Recycling precious metals from electronic waste with captured carbon dioxide
Gisele Azimi is bringing battery recycling to a new level, using captured carbon dioxide to harvest the precious metals used for green technologies. Azimi, a University of Toronto professor and the Canada Research Chair for Urban Mining Innovations, has pioneered a method to separate critical metals from electronic waste like batteries, and wind turbine materials.
"These are the materials that are needed for transferring our society towards a carbon free era. But there are limited resources available for these materials," says Azimi.
Recycling electronic waste provides an efficient avenue to gain these vital resources, where they are found at a rate of 20 to 38%. Conventionally mined ores typically only contain 1 to 2% concentrations of rare earth metals. International investment in recycling is growing, as the capacity and technologies for electronics recycling improve.
"There are countries, and Canada is one of the leaders, that are really looking at this and they understand importance of enabling recycling to our society," she says.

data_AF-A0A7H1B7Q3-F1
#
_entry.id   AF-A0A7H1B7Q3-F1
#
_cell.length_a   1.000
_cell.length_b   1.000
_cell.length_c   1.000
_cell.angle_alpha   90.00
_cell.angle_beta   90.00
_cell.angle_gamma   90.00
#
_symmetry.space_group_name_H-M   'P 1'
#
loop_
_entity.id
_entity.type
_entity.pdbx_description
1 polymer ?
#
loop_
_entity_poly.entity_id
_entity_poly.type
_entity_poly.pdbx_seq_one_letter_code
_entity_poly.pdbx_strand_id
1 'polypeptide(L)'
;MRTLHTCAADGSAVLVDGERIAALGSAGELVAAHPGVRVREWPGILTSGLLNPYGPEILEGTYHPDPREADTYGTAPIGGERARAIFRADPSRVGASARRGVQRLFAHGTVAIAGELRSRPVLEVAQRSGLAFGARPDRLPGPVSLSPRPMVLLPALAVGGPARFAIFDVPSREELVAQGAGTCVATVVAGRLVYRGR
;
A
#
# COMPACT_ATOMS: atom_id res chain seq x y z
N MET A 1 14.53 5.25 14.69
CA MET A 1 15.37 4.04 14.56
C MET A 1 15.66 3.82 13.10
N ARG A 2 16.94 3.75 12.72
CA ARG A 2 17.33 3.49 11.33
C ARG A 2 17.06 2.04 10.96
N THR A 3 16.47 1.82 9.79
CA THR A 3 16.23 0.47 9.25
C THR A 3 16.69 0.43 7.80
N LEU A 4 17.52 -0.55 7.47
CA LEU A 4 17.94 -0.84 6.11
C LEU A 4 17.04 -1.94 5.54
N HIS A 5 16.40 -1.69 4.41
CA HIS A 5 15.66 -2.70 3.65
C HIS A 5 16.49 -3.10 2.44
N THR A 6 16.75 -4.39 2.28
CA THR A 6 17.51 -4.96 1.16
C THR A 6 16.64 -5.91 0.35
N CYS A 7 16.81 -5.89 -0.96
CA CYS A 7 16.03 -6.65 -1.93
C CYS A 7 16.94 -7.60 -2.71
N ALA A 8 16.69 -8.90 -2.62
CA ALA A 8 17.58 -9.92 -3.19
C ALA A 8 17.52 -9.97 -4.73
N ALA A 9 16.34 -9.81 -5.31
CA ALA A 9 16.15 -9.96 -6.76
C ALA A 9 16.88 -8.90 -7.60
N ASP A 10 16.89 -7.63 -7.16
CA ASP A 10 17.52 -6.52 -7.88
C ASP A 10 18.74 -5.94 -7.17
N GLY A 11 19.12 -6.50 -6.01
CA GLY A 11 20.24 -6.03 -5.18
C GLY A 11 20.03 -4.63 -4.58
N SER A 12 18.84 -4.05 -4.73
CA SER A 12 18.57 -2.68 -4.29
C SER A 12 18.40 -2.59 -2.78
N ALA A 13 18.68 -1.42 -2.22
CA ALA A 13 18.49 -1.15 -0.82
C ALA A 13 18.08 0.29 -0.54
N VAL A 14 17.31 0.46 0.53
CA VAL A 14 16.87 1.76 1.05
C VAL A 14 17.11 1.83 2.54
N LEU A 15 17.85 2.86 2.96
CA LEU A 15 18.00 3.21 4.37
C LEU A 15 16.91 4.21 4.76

The recycling technique her team has honed involves heating and pressurizing CO2, transforming it into a supercritical fluid. In this state, it can be used to dissolve and extract critical metals from their surroundings. The big advantage of CO2 is that you don't have to get it very hot to initiate this conversion—only to about 30 degrees Celsius.
To refine and better understand this supercritical fluid recycling process, Azimi approached the Canadian Light Source (CLS) synchrotron at the University of Saskatchewan. The results from this investigation were recently published in the journal Inorganic Chemistry.
Currently able to extract metals from car batteries, wind turbine magnets, fluorescent bulbs and many things in between, Azimi and her collaborators continue to push the boundaries of their method and carbon-negative recycling. They are working with industry partners on piloting the technique and improving profitability, and have set their sights on recovering gold and copper from circuit boards.
More information: Jiakai Zhang et al, Investigating Metal–Tributyl Phosphate Complexes during Supercritical Fluid Extraction of the NdFeB Magnet Using Density Functional Theory and X-ray Absorption Spectroscopy, Inorganic Chemistry (2023). DOI: 10.1021/acs.inorgchem.2c04508